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Bible Commentaries

Sutcliffe's Commentary on the Old and New Testaments
Psalms 118

 

 

Verses 1-29

This psalm is destitute of title, and the occasion on which it was composed is not known. The style however, the subject, the masterly manner in which it is treated, and the spirit which pervades the whole, are those of David. It is the last of the six psalms which compose the great Hallel, or hymn of praise, sung at the Jewish festivals. There is no doubt that the Jews sang this and other psalms in responses, and many critics have amused themselves with endeavours to allot to the priests, the singers, and the people of Israel, the various recitative and choral parts. As this has not been done by the ancients, it is now a hopeless task; and any attempt of this kind would now be a waste of time.

Psalms 118:10. All nations compassed me about. This can only be applied to the commencement of David’s reign, when all the surrounding nations, jealous of his rising fame, entered into a league against him, and he had no allies.

Psalms 118:12. Like bees. Aristotle says that bees die when they leave their stings behind. This was true of David’s enemies, and of those who crucified the Lord of glory. It is true also of the last enemy: “Oh death, where is thy sting!” 1 Corinthians 15:55.

Psalms 118:13. Thou hast thrust sore at me, that I might fall. He personifies all his enemies as combined in one purpose and confederacy. But what were all their efforts, while the Lord helped him.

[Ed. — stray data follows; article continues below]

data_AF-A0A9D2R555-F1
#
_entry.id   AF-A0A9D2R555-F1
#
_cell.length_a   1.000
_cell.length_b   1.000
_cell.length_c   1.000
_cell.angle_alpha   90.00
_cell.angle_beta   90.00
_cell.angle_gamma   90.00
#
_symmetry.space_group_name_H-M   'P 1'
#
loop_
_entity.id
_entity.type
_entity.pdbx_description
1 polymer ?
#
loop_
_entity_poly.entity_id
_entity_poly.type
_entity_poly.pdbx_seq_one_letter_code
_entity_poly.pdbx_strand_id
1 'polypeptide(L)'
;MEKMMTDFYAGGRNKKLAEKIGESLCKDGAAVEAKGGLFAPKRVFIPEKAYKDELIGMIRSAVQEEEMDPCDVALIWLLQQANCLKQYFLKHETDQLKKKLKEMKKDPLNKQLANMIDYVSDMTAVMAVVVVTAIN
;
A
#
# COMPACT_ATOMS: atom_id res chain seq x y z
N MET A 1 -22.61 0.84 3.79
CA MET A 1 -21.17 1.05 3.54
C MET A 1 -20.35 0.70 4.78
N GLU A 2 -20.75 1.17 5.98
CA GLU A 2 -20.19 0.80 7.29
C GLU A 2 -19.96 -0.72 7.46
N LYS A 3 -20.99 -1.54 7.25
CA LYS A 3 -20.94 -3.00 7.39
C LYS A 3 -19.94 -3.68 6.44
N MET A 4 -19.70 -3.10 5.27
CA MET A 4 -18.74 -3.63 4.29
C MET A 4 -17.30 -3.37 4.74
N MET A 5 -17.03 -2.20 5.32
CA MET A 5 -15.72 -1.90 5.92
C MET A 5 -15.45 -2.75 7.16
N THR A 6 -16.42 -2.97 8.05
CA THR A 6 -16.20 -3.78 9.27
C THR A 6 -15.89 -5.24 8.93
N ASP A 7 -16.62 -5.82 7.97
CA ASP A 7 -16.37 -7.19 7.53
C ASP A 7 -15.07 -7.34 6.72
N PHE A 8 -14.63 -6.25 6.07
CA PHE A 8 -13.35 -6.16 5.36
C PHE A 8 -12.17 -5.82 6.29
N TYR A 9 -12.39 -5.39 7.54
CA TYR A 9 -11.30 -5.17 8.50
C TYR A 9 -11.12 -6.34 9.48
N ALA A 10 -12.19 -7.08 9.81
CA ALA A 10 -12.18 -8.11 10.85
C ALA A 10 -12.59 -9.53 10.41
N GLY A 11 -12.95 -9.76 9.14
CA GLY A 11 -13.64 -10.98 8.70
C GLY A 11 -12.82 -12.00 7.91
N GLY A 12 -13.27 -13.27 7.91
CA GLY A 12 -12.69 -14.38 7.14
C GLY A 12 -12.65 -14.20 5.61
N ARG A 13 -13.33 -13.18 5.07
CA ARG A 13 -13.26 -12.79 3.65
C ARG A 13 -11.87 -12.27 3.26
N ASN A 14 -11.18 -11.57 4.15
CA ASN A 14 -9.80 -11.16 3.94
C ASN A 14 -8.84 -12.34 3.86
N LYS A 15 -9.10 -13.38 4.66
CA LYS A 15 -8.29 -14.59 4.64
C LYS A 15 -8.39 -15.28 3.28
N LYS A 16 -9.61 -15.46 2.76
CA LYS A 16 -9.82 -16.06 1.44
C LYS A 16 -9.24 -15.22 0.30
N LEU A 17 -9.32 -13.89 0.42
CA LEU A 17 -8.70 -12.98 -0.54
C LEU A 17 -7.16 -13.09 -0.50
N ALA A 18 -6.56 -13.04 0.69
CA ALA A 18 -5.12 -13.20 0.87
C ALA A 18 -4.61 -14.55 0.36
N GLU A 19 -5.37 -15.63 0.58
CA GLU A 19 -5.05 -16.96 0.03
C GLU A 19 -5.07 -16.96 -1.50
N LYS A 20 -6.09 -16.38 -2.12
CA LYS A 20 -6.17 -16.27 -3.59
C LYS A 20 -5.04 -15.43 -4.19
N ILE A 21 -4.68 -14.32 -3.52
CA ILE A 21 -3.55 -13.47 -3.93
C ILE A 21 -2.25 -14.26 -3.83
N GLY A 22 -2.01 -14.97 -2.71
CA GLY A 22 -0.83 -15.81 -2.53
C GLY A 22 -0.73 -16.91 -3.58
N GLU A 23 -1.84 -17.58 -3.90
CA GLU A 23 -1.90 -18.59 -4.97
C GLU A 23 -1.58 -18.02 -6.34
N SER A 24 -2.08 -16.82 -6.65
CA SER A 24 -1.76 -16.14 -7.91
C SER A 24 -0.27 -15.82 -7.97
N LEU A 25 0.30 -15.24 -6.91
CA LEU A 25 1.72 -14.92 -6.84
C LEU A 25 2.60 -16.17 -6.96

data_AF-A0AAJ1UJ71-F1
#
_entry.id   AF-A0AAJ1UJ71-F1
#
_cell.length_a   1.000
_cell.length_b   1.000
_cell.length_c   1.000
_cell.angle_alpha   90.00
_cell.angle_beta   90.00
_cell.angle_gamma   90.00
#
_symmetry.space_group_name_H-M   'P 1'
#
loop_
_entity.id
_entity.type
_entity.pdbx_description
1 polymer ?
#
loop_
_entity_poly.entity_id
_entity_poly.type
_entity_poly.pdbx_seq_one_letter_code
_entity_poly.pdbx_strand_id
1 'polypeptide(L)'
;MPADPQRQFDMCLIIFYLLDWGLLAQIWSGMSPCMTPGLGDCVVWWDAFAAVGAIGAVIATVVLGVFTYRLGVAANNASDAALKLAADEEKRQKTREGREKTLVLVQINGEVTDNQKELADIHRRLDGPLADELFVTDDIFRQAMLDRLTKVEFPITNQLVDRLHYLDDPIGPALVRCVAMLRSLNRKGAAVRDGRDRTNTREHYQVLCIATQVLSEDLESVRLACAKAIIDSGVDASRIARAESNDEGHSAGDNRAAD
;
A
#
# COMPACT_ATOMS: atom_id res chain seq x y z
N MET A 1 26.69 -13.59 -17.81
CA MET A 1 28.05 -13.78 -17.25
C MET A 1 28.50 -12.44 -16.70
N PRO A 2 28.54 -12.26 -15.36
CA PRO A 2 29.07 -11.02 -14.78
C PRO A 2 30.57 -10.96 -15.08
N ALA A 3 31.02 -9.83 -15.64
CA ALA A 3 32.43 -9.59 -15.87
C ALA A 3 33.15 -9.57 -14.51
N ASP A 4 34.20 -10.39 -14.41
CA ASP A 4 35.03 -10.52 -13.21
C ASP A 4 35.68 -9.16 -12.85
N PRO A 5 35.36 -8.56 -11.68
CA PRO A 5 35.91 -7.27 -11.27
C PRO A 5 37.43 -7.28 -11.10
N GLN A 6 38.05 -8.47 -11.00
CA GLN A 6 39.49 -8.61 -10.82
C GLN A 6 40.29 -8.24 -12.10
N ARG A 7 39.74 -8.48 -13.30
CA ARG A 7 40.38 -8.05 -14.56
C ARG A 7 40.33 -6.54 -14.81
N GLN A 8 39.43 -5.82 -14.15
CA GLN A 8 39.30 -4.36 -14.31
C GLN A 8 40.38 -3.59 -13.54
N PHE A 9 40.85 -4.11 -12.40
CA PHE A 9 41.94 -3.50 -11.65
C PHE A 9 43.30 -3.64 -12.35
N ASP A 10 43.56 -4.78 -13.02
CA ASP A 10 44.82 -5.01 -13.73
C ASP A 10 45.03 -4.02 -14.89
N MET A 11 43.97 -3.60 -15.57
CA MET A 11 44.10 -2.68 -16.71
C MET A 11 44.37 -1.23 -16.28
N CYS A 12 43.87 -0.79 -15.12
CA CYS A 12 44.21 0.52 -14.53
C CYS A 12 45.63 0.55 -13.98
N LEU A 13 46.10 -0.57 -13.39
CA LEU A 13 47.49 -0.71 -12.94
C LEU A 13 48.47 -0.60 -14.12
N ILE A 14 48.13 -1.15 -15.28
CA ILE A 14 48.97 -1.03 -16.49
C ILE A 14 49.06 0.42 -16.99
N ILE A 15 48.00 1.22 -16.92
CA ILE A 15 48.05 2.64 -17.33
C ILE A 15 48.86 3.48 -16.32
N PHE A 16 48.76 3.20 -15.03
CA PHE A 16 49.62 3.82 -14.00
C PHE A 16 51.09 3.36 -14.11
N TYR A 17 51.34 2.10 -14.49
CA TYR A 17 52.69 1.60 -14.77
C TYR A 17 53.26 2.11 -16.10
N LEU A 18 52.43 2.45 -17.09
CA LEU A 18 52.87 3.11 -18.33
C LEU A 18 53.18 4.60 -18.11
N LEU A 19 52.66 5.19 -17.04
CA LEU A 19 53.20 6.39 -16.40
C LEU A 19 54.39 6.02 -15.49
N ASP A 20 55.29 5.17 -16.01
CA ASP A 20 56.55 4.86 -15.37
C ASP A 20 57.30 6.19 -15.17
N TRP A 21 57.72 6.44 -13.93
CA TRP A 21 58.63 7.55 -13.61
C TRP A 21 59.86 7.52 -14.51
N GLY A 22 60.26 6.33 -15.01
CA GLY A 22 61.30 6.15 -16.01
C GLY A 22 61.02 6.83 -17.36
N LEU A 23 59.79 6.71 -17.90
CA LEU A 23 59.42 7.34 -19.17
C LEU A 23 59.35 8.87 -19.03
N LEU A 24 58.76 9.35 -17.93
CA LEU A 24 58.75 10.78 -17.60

Psalms 118:19. Open to me the gates of righteousness. The hallowed courts of the Lord had been shut against him by Saul, and for these he had so often and so mournfully sighed. Psalm 63. 84. Here the Lord discovers his righteousness; and here devout men pay their vows, and obtain mercy and righteousness.

Psalms 118:22. The stone which the builders refused. The author of historia scholastica, records a tradition among the Jews, that at the building of the second temple they dug up a stone which the builders several times rejected and laid aside. At length however they placed it as the head-stone of the corner. This circumstance gave rise to the national proverb. The Chaldee reads, “The boy David, whom the builders despised as the least of Jesse’s sons.” The rabbins with one consent apply the whole of the latter part of this psalm to the Messiah. This has been a fatal stone to the Jews. See Matthew 21:42.